- More constant source of power: One problem with wind power is that it only works when the wind is blowing. Wind is more constant at sea than it is on land in most parts of the U.S.
- More efficient: According to the Wind Energy Center at the University of Massachusetts, the “…wind resource potential at 5 to 50 nautical miles off the U.S. coast is estimated to be more than the total currently installed electrical generating capacity of the entire United States.”
- Proximity to Demand: Offshore can compete in highly populated coastal energy markets where onshore wind energy is generally not available.
- Less Wear and Tear on Equipment: Because the wind blows faster and more uniformly at sea than on land, that faster, steadier wind means less wear on the turbine components and more electricity generated per turbine.
- More Efficient Energy Transmission: Since winds increase rapidly with distance from the coast, excellent wind sites exist within reasonable distances from major urban areas, reducing the onshore concern of long distance power transmission.
- Greater Potential To Reduce Overall Electricity Bills for Consumers: Offshore wind resources are nearer to the states that pay the highest electricity rates in the United States, so have the potential to reduce electricity costs the most.
Pros of Onshore Wind Compared to Offshore
- Proximity to Existing Electrical Grids: Onshore wind farms are often closer to existing electrical grids, so reduce the need to build new electrical grids and minimizing the amount of electricity that may be lost during transmission.
- Cheaper Construction Costs: It is currently cheaper to build and maintain onshore wind than offshore wind.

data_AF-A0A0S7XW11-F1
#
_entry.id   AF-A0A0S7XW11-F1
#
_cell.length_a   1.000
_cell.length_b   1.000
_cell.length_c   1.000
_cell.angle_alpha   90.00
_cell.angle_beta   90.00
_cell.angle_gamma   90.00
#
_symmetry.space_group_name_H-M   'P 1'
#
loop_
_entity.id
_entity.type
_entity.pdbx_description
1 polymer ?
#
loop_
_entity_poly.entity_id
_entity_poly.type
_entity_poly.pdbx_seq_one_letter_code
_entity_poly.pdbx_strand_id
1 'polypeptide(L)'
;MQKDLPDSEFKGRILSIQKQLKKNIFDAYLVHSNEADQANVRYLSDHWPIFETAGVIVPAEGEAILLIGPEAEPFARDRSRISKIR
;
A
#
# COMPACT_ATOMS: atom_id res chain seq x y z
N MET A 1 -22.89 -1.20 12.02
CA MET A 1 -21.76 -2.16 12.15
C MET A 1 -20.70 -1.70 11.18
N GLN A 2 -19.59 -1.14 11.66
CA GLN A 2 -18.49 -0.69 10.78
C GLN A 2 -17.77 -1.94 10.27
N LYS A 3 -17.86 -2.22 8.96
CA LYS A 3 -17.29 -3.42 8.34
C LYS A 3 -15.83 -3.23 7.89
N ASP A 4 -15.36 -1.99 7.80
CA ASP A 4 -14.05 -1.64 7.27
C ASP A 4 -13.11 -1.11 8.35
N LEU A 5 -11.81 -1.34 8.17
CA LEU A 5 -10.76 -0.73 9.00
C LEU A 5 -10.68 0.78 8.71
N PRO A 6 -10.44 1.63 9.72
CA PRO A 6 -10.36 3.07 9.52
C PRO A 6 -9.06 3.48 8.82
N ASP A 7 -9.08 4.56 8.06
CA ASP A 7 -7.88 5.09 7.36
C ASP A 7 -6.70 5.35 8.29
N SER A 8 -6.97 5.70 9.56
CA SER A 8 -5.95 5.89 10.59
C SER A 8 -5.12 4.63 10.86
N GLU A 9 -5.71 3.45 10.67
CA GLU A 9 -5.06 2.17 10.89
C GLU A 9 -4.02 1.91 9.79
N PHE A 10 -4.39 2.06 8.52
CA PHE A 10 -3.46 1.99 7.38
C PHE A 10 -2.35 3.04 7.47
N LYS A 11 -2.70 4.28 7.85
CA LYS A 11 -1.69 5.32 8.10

- Availability for Small Power Consumers: Onshore wind that is far from coastal areas nevertheless enables homes, schools, commercial and industrial facilities, telecommunications, farms and ranches, and communities to meet their energy needs via wind power.
- Onshore Wind Power Continues to Grow: While the U.S. has yet to build its first offshore wind farm, onshore wind power generation has grown on average by 27% per year. There is ample experience building and operating wind farms of various sizes. Far fewer technological unknowns surround building an onshore facility than building offshore.
It’s Not Either/Or, But Both
The White House and the U.S. Department of Energy have released a report showing that wind can be one of America’s top sources of electricity, potentially providing 20% of US electricity by 2030 and 35 percent by 2050. That is more likely to happen if we develop both onshore and offshore wind farms.
Onshore wind will continue to expand because the technology works and it is already cost competitive with polluting fuels like coal. However, offshore wind farms may be inevitable. The federal Bureau of Ocean Energy Management has designated a region off the coasts of Rhode Island and Massachusetts a wind-management area. Over time, offshore wind turbines there could generate as much as 9,000 MW of wind power – 300 times the amount expected to be produced by the Block Island turbines.
Whether on land or on sea, wind will play an important role in providing clean, safe, renewable energy future for our families.